Areas and Places

Western Seaboard’s ‘diversity’ a major draw card for investors

Atlantic Beach Estate House Chas Everitt
Located in the sought-after Atlantic Beach Golf Estate, this four-bedroom home is for sale through Chas Everitt International for R7,98m. It boasts an open-plan lounge, dining and kitchen area that opens to a covered patio with full fairway views.

Its broad appeal to property buyers from across the price spectrum is sustaining steady returns on Cape Town’s Western Seaboard.

“When it comes to development, the 25km stretch of prime property that extends along Cape Town’s West Coast from Milnerton to Melkbosstrand is the fastest growing area in the whole of the Western Cape,” says Hercules van der Walt, owner of the Chas Everitt International Western Seaboard franchise.

“And, because the area represents a well-balanced spread of all segments of the market, it is also one of the most inclusive, offering buyers a choice of properties, from affordable starter homes to top-tier estate homes priced at R10m and more.”

He says that areas like Table View and Parklands, once considered retirement zones, have benefited from considerable urban rejuvenation and that first-time buyers are now snatching up homes here for as little as R700 000. Meanwhile beachfront properties in Melkbosstrand, Big Bay, Flamingo Vlei, Sunset Beach and West Beach rival the best on the Atlantic Seaboard – and are increasingly catching the eye of blue-chip investors.

However, while there is interest aplenty in big-ticket homes – especially given their increased exposure through Chas Everitt International’s affiliation to Leading Real Estate Companies of the World© and its luxury real estate programme Luxury Portfolio International© – the middle of the market is the most dynamic, says Van der Walt. “The Western Seaboard is one of the few areas left in Cape Town that is still able to accommodate the country’s rapidly expanding middle class.”

In this respect, value for money is a key driver, he explains. “For many years, the area was under priced and undersold. But, with the influx of upcountry buyers and even Capetonians who feel that the Atlantic Seaboard and Cape Town southern suburbs have reached a price ceiling, this is changing fast. Total monthly sales for the Western Seaboard now average between R250m to R300m”.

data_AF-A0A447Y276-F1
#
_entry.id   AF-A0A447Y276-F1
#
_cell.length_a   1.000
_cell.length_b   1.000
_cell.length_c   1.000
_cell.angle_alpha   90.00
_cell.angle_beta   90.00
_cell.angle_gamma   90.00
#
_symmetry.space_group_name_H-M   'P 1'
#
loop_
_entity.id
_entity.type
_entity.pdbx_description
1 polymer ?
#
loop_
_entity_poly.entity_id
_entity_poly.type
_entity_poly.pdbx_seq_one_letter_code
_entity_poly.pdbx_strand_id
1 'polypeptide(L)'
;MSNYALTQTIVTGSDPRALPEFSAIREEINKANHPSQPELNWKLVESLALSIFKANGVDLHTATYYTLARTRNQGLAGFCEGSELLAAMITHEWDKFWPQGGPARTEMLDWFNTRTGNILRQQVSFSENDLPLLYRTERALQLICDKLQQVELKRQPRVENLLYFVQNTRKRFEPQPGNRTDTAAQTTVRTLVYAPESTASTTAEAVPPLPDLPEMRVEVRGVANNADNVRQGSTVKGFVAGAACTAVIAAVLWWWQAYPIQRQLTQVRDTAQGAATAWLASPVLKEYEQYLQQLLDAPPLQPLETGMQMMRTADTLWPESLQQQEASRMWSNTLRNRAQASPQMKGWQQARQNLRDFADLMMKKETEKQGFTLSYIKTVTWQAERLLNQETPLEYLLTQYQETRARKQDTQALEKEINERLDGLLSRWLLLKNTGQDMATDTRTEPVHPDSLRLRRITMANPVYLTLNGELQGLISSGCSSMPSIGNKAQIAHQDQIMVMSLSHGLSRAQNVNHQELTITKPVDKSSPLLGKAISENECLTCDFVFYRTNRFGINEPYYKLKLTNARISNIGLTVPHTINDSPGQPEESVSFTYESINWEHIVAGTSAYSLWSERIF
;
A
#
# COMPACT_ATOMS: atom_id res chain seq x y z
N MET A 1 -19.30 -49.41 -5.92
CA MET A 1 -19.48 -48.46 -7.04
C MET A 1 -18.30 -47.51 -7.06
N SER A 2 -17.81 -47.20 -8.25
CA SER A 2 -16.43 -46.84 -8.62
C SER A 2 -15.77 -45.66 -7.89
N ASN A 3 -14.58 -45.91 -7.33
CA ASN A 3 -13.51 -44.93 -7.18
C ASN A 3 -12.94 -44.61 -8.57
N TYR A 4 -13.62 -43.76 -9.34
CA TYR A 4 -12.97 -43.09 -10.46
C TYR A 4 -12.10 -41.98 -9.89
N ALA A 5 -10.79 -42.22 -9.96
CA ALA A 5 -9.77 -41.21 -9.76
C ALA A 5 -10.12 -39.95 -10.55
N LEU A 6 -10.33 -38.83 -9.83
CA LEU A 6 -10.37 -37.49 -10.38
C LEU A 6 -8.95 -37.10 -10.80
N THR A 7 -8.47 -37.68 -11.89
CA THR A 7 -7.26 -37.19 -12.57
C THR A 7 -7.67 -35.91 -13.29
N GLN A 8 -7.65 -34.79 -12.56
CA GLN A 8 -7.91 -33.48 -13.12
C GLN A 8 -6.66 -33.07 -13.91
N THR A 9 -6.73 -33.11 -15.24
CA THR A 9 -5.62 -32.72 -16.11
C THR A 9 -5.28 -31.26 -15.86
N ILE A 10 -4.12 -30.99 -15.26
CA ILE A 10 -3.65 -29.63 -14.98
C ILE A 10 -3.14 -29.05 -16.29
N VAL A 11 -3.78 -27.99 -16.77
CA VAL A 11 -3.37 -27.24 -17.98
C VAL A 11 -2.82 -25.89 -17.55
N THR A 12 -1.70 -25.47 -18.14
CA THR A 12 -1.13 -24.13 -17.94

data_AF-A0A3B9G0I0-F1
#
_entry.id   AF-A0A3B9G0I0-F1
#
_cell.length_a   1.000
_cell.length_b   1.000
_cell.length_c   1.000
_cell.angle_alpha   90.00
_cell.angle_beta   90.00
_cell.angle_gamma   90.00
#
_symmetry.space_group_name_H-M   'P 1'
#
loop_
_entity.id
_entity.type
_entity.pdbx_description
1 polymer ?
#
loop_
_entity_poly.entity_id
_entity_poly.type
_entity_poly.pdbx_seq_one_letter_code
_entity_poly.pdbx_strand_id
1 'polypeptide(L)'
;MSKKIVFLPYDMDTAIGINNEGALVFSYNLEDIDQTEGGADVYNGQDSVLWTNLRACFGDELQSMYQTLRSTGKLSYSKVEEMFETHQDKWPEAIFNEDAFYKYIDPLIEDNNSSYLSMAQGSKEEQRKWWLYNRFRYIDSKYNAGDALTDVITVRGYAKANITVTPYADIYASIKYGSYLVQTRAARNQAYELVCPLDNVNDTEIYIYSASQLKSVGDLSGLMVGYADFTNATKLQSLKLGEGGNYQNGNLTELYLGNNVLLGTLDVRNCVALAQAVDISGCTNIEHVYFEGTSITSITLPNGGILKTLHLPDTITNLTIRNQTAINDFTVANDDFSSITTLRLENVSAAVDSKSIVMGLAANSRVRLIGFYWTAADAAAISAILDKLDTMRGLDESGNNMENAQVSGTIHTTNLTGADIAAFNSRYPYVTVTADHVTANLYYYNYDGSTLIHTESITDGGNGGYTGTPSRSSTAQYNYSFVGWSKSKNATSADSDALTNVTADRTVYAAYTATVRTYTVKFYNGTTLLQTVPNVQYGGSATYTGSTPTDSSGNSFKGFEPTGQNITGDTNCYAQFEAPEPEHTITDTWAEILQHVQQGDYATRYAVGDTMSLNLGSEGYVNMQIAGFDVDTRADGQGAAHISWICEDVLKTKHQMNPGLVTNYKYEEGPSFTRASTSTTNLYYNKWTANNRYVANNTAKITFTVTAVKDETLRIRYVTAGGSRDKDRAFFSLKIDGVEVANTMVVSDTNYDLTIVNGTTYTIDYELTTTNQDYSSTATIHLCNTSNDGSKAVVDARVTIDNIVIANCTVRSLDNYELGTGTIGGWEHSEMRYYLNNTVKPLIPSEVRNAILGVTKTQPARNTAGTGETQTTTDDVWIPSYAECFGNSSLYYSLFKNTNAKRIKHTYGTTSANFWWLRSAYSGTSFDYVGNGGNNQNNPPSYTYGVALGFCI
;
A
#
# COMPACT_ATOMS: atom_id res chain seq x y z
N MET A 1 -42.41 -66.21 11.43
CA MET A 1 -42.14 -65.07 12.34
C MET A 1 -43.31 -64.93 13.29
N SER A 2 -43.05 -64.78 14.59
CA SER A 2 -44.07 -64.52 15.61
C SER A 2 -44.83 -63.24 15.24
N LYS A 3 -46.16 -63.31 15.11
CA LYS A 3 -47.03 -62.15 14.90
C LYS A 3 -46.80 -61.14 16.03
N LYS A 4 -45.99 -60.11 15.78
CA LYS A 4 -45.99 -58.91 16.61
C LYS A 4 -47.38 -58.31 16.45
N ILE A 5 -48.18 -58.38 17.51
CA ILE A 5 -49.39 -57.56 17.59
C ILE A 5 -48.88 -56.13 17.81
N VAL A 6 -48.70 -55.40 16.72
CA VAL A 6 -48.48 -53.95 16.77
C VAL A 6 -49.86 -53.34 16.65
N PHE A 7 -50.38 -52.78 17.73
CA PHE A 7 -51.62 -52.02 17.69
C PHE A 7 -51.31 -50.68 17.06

“When it comes to optimal return on investment, prospective buyers shouldn’t dither either,” he says. “We’re predicting that properties currently selling for R700 000 will be worth over R1,5m in five years. Price escalations in the area are forecast to significantly outperform the national market”.

“That said, there is no shortage of development earmarked for the Western Seaboard, which is also one of the few areas left in Cape Town that still has tracts of open development land. Some 5000 new residential units are scheduled to be built in the Parklands North region in the next four to five years. They will be part of a massive new integrated development that will comprise both entry-level and high-end homes as well as green areas, schools and medical facilities”.

“And, at 65 000sqm (and designed to grow to over 90 000sqm), the new Table Bay Mall, which is being built on a 20ha site on the corner of the R27 (West Coast Road) and Berkshire Boulevard and is due to open in September 2017, is pegged to be the second biggest shopping centre in the Western Cape.”

New development aside, the Western Seaboard’s assets – which include its proximity to the CBD (just 25 minutes on the MyCiti bus), its good private and state- owned schools (such as Parklands College, CBC St John’s and Elkanah House) and its laidback beach lifestyle – are an easy sell, says Van der Walt.

“Where else will you find such a range of homes, still affordably priced, on one of the most beautiful coastlines in the world?”